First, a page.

For our special Health Affairs Blog series on “The Diffusion of Innovation,” we are interested in posts that explore the concept of diffusion and its theoretical underpinnings, how innovative ideas are spread, why diffusion is an important discipline and considered separately from innovation, and the influence of public policies and private sector developments on diffusion of innovation. We are interested in diffusion stories about specific innovations, particularly those grounded in diffusion theory, as well as lessons learned from failed diffusion initiatives. 

Before being published on Health Affairs Blog, all posts are reviewed by Health Affairs editorial staff for timeliness, health policy relevance, originality, and constructive commentary (but are not subject to a formal, peer review). Not every submission is accepted for publication. Submissions under consideration for publication elsewhere will not be considered. Posts are edited in collaboration with authors before publication. See terms of use.

What to Submit

Before submitting a post for consideration, authors are encouraged to review content recently published on Health Affairs Blog to get a sense of both the style and content that we’re looking for. The most successful posts are written to be accessible to the wide range of Health Affairs readers. We encourage authors not to shy away from complex or specialized topics, but to explain those topics in a manner understandable to readers interested in health policy who may not be completely versed in the particular area being discussed.

Unlike traditional research manuscripts that often begin with a long wind-up and extended background early in the piece, typical blog posts are structured like essays or op-eds, with a strong, clear explanation of the issue and key themes upfront. We encourage you to discuss how your work may be relevant to policymakers as well as researchers.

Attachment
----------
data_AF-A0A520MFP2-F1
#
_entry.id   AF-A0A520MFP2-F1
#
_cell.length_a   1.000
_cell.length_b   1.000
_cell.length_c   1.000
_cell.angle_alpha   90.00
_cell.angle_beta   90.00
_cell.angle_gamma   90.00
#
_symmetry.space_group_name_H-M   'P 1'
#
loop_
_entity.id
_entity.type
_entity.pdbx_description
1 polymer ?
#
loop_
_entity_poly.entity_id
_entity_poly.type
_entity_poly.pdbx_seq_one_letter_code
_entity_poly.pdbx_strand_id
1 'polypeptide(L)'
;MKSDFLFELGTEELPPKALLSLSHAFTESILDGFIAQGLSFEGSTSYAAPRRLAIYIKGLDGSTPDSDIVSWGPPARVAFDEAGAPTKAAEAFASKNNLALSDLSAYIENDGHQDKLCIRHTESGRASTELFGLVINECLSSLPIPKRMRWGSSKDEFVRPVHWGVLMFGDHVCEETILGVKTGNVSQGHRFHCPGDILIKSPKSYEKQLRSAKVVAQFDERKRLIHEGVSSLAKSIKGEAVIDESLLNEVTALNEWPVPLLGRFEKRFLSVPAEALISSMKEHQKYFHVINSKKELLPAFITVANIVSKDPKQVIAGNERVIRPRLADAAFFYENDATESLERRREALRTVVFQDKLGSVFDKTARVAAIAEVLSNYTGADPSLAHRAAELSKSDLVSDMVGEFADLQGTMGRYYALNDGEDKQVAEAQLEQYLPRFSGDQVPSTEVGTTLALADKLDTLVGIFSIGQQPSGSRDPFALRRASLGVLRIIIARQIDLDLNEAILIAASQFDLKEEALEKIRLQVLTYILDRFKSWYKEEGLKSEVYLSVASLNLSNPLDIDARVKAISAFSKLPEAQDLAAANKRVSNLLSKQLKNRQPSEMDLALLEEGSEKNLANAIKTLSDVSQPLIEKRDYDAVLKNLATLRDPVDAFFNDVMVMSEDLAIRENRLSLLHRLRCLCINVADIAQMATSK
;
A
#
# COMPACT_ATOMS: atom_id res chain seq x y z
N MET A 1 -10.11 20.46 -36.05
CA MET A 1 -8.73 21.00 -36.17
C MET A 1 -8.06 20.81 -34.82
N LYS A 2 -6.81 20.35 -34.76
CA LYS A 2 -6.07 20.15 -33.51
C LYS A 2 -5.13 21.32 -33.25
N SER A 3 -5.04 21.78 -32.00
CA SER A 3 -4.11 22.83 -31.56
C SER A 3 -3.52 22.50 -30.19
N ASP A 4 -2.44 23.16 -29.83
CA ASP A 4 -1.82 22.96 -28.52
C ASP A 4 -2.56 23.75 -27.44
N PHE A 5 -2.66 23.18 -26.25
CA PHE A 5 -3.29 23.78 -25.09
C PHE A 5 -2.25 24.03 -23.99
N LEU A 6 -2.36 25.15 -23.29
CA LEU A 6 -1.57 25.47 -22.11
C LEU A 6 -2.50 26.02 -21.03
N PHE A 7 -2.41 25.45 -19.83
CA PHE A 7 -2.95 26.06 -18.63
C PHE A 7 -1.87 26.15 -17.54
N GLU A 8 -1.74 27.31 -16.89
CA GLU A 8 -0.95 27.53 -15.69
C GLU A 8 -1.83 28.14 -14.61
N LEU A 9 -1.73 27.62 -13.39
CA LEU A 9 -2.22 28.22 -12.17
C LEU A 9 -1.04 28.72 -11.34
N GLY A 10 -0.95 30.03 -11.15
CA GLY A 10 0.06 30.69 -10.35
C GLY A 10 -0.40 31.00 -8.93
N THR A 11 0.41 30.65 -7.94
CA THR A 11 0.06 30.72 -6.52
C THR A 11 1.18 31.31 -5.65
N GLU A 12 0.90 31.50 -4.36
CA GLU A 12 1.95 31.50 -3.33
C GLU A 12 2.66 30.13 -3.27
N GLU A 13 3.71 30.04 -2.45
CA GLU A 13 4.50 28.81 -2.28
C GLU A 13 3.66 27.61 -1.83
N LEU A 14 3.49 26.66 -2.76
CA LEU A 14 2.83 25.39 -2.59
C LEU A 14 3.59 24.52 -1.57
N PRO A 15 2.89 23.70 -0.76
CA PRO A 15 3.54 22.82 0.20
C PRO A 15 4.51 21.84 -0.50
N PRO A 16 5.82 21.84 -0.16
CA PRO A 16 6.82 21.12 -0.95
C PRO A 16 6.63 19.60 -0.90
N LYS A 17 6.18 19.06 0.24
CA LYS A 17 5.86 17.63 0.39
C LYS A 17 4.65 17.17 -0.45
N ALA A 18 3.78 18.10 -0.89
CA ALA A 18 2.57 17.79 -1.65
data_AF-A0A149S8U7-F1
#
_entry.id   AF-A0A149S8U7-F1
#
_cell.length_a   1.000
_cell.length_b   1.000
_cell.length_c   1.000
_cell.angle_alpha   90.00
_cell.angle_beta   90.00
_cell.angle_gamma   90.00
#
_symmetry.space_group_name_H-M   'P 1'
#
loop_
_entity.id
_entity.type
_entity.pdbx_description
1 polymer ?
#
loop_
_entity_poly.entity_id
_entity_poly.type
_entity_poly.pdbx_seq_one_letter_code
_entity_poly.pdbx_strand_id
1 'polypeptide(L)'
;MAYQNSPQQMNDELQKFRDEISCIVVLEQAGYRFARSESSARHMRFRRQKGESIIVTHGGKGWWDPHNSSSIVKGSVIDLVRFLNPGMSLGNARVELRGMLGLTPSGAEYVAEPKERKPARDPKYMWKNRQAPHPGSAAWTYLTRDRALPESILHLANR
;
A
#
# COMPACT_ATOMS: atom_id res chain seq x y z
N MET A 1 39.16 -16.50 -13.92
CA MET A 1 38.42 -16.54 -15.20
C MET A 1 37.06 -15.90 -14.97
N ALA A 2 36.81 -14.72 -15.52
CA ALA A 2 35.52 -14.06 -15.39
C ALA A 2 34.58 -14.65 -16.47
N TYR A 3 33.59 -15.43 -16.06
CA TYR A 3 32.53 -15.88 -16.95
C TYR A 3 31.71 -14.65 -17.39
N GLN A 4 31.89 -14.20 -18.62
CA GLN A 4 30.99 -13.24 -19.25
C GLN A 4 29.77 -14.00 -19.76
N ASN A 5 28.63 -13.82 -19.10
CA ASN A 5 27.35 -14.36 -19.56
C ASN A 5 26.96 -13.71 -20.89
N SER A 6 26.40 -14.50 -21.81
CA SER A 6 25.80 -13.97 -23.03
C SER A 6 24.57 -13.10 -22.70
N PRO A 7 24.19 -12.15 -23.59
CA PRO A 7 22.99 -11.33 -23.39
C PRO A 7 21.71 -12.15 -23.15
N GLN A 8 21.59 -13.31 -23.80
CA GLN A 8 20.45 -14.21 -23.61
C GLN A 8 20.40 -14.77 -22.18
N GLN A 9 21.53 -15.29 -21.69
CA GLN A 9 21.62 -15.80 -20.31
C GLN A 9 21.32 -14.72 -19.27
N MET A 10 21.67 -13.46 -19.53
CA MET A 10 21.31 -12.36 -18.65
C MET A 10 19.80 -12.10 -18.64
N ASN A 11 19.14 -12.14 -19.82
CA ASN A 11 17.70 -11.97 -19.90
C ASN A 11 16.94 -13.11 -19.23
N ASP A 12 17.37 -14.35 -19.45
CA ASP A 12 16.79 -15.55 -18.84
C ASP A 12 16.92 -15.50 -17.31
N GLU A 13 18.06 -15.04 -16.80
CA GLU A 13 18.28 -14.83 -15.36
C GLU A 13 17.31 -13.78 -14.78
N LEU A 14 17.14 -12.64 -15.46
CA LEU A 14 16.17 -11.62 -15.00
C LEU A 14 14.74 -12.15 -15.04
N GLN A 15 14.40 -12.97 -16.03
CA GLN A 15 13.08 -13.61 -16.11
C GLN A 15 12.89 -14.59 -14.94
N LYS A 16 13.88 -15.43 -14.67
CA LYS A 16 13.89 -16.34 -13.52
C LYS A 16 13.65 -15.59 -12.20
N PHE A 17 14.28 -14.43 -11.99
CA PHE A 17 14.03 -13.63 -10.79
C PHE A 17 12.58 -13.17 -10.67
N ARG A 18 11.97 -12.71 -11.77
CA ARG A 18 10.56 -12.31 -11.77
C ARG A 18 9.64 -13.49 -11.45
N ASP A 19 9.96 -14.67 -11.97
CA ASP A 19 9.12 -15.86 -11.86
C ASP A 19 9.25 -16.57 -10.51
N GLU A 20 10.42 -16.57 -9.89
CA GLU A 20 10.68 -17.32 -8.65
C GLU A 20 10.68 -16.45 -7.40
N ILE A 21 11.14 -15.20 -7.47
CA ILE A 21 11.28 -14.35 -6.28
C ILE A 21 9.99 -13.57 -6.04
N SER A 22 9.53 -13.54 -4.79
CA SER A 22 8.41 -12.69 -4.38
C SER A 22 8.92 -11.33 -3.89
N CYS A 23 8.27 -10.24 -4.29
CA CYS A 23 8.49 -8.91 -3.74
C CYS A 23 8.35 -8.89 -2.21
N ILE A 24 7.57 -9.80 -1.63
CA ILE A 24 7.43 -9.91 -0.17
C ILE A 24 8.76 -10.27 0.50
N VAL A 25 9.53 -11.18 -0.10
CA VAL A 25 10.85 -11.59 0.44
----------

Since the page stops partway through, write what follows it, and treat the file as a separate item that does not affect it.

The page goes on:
Writing For The Web

In addition to the Health Affairs Blog submission guidelines, here are a few additional tips we recommend when writing content for the web:

1. Be concise

Blog content should be concise and readable. Most blog posts come in under 2,000 words.

2. Link to references

Instead of using endnotes, include a link to references within the text. If a link isn’t available, include the citation in parentheses.

3. Use the “inverted pyramid”

Front-load your text. Put the most important information in the first few paragraphs and give the reader your main points quickly, but feel free (and indeed encouraged) to delve deeply into the material in subsequent paragraphs.

4. Use headers and lists

Separate your content using subheads so that it’s easier for your readers to navigate. It can often be useful to combine numerous items of a similar nature into bulleted or numbered lists.

If possible, embed hyperlinks in the text instead of using endnotes or footnotes.

We can provide quick turnaround for particularly newsworthy posts, but due to the volume of posts it can sometimes take a few weeks from submission to publication. And, as mentioned above, we are not able to publish all submissions.

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